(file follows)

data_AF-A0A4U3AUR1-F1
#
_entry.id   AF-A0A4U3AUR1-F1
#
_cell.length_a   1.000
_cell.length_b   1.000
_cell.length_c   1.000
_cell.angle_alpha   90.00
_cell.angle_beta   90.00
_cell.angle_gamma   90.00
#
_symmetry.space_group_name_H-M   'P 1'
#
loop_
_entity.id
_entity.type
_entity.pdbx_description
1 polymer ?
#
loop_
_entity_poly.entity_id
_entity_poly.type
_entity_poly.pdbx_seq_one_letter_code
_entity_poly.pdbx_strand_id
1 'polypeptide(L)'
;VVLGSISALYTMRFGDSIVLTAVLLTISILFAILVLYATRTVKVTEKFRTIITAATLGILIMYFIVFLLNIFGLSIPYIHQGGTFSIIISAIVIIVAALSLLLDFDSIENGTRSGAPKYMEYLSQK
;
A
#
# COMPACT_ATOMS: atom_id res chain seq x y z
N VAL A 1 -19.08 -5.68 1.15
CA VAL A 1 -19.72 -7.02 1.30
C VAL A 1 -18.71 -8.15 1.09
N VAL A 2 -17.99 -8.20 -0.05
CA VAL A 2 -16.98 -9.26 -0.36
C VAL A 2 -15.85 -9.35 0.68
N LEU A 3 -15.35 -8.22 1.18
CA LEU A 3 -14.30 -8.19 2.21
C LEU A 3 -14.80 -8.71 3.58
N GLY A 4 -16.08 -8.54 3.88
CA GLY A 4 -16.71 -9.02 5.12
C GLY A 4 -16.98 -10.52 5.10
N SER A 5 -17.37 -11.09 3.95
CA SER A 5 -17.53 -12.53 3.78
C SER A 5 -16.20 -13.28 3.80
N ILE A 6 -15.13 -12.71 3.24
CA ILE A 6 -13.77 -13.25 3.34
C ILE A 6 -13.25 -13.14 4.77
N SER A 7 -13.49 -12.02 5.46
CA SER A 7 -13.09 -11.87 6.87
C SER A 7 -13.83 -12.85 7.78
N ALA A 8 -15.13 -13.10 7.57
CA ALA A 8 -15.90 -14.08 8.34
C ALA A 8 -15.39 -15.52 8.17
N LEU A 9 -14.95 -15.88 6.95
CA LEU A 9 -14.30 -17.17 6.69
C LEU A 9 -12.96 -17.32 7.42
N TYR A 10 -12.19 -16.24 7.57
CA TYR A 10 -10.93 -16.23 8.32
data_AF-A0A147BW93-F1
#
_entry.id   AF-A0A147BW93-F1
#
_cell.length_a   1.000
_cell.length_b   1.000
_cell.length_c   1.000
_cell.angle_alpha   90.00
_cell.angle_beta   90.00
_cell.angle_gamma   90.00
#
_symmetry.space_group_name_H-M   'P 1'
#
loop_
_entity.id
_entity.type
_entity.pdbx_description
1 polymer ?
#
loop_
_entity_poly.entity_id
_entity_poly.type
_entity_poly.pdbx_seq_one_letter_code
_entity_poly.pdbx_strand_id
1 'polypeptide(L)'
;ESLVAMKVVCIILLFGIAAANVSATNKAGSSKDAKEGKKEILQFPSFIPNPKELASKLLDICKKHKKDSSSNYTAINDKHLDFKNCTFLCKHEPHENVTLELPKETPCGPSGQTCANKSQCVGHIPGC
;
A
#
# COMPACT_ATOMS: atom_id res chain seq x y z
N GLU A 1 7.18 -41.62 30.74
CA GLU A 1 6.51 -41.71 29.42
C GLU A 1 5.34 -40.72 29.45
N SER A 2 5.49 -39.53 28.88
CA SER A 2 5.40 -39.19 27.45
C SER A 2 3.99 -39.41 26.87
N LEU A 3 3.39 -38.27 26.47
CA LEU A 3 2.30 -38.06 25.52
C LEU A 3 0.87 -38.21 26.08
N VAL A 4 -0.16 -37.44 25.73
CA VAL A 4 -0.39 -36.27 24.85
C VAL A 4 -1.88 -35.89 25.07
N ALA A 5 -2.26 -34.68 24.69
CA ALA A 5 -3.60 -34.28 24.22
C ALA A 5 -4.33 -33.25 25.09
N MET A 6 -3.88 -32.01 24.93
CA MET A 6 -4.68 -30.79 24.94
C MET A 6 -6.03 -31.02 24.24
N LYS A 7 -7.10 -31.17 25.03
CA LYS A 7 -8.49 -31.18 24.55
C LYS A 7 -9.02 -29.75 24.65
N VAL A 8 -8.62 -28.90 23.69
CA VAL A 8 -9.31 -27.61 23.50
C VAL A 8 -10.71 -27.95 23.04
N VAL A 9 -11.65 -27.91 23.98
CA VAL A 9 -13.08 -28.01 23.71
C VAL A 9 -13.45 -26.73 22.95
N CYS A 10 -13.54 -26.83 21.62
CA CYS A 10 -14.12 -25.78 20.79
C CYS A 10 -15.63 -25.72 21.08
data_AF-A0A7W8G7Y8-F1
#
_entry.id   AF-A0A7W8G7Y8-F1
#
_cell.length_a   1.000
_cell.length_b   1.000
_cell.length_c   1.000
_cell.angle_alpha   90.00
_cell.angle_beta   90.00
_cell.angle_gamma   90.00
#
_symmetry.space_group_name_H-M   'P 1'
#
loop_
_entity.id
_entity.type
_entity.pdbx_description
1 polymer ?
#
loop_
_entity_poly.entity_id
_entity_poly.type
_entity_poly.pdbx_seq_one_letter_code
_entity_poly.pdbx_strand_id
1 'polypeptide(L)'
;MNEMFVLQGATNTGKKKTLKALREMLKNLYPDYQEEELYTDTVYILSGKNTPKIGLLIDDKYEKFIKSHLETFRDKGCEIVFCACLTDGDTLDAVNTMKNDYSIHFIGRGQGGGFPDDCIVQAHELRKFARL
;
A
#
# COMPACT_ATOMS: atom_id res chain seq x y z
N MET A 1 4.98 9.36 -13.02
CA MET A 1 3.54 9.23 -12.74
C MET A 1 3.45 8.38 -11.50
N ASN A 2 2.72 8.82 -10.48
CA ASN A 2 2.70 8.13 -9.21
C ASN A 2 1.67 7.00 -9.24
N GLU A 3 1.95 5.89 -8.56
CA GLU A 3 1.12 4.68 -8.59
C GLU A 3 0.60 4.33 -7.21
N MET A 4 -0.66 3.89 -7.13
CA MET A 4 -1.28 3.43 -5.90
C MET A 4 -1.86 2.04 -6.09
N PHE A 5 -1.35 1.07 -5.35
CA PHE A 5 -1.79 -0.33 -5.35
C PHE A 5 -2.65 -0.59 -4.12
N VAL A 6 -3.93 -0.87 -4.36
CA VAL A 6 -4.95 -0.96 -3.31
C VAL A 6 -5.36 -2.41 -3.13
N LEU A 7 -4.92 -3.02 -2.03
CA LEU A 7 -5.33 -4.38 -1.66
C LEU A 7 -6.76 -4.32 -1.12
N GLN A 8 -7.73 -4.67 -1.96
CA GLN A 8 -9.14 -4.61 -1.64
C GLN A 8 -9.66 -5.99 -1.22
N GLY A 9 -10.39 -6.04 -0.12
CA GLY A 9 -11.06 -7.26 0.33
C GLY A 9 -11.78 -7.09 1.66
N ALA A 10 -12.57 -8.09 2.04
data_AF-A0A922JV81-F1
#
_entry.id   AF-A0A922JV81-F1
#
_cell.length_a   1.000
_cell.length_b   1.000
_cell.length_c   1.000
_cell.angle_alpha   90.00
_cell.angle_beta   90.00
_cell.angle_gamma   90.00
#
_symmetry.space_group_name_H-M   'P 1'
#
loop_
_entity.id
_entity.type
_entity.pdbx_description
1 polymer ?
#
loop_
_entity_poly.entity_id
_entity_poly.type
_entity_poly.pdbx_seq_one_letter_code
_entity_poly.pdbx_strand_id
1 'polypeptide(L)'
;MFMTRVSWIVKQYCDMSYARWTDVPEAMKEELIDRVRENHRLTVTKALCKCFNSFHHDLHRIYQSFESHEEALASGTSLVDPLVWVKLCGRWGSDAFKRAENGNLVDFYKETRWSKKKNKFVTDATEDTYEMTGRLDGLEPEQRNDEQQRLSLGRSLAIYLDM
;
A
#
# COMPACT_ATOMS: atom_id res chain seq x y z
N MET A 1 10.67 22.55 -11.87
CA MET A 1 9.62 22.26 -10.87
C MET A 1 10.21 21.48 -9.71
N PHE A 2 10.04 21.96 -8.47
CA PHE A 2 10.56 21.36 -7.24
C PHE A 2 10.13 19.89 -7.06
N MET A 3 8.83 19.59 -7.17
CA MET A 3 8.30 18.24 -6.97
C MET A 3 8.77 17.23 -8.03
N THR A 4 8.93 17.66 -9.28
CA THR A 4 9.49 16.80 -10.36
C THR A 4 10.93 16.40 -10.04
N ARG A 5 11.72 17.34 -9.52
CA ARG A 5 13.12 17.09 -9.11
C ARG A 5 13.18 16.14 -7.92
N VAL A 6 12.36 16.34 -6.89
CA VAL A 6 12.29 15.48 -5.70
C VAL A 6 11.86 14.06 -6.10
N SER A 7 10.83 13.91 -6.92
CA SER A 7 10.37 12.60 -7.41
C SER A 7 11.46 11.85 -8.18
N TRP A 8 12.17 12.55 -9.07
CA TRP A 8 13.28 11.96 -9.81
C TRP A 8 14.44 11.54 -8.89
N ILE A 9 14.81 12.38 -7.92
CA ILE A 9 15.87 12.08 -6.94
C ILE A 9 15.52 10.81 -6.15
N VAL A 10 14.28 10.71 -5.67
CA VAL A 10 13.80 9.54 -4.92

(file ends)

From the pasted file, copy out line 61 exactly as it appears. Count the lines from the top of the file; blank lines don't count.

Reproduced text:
#